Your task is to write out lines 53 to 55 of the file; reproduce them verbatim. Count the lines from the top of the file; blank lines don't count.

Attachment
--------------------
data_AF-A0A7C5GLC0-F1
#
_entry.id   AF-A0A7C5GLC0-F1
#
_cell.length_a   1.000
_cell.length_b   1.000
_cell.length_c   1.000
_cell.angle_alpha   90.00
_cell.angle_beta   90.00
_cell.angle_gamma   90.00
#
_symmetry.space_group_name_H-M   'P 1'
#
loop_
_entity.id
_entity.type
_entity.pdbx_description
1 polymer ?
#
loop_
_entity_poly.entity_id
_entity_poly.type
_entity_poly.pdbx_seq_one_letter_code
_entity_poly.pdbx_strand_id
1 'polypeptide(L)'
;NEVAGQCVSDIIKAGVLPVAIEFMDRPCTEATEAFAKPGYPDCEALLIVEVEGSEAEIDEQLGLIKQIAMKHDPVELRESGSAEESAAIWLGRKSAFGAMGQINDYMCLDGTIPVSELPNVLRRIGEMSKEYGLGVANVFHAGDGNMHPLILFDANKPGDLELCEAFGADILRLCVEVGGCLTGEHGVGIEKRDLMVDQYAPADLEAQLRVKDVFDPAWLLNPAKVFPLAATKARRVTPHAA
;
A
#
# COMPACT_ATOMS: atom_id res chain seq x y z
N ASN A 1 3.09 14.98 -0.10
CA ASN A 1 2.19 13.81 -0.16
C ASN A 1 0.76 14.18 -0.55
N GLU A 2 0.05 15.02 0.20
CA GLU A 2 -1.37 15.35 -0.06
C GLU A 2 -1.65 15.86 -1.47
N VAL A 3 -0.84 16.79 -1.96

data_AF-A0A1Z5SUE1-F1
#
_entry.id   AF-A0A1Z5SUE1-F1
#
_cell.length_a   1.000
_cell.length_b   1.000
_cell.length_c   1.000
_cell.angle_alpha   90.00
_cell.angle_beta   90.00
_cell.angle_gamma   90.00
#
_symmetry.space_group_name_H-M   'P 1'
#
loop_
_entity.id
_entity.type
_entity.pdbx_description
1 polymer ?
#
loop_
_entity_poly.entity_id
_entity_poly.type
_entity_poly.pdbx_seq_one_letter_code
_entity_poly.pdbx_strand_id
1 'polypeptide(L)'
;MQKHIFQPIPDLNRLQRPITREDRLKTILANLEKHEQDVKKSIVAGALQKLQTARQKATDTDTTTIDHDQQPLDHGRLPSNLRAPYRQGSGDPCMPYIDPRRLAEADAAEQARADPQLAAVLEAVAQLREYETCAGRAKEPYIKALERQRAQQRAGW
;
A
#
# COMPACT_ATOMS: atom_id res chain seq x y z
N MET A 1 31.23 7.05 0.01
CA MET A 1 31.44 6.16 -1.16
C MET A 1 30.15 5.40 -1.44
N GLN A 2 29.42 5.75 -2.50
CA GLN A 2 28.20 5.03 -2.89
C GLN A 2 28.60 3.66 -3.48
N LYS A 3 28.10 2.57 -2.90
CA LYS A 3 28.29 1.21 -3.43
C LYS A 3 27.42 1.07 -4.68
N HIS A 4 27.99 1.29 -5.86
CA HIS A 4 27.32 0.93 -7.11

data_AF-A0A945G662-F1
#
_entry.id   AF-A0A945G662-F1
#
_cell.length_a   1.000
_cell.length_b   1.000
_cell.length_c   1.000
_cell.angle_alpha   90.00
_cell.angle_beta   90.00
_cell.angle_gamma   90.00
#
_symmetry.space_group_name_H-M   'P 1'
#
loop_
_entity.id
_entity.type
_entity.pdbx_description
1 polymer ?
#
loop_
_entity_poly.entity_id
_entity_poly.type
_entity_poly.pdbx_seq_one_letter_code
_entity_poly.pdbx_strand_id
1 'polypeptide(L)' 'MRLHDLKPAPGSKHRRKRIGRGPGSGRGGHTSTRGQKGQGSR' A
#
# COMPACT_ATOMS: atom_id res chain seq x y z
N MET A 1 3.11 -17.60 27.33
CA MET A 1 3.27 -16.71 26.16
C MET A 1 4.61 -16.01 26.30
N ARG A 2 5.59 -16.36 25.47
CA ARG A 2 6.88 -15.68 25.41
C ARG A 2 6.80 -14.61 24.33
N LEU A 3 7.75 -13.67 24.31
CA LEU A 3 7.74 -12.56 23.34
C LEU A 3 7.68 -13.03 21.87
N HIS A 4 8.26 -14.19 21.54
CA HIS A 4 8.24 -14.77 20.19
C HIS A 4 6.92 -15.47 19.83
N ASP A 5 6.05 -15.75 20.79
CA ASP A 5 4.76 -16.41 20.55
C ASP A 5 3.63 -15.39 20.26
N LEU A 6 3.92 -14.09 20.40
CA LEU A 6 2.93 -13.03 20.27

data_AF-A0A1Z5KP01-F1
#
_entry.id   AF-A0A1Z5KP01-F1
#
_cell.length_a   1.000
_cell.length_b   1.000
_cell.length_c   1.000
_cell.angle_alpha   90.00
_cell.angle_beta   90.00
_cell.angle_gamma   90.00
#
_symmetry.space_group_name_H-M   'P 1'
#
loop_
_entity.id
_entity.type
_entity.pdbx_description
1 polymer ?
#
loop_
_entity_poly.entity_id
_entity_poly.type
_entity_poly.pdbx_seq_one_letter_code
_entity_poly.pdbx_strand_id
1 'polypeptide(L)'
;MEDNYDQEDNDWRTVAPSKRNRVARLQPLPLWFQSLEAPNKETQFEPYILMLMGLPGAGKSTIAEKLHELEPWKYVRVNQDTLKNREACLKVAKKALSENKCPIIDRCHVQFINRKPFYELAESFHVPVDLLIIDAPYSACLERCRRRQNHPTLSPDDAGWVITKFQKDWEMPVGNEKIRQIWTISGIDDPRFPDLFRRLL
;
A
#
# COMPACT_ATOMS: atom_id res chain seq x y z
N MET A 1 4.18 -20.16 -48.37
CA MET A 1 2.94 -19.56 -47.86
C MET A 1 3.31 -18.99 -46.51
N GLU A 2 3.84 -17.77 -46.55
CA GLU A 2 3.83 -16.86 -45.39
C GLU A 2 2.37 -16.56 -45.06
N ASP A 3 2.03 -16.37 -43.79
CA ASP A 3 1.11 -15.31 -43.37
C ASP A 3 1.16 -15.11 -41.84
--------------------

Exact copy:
_entity.type
_entity.pdbx_description
1 polymer ?